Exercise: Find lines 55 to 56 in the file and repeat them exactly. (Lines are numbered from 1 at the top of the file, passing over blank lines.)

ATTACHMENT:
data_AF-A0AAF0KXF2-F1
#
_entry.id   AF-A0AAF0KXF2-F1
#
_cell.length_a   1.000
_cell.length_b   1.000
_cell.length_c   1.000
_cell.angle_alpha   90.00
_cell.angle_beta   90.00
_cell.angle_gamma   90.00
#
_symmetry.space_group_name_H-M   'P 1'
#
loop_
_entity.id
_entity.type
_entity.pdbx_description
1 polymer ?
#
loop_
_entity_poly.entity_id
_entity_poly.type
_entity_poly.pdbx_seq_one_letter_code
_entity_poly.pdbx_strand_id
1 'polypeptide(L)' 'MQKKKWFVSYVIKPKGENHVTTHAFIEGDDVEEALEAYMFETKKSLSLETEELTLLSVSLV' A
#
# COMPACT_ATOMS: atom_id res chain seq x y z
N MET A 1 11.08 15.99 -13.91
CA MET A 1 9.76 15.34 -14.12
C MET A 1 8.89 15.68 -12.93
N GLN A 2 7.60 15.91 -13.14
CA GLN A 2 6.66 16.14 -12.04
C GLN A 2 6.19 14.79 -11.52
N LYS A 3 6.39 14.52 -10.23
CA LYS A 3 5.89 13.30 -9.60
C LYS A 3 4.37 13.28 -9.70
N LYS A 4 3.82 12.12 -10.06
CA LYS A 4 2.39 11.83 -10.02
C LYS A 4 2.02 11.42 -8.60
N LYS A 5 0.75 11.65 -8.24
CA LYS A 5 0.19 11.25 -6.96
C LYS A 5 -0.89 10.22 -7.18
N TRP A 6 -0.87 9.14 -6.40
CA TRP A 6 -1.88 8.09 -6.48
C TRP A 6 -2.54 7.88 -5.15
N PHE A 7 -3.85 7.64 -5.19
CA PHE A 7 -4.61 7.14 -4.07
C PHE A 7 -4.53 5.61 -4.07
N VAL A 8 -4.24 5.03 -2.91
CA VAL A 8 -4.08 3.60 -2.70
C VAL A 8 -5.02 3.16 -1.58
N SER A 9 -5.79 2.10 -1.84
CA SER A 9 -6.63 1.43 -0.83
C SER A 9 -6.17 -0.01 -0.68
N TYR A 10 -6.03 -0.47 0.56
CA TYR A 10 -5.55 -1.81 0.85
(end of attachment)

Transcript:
N TYR A 10 -6.03 -0.47 0.56
CA TYR A 10 -5.55 -1.81 0.85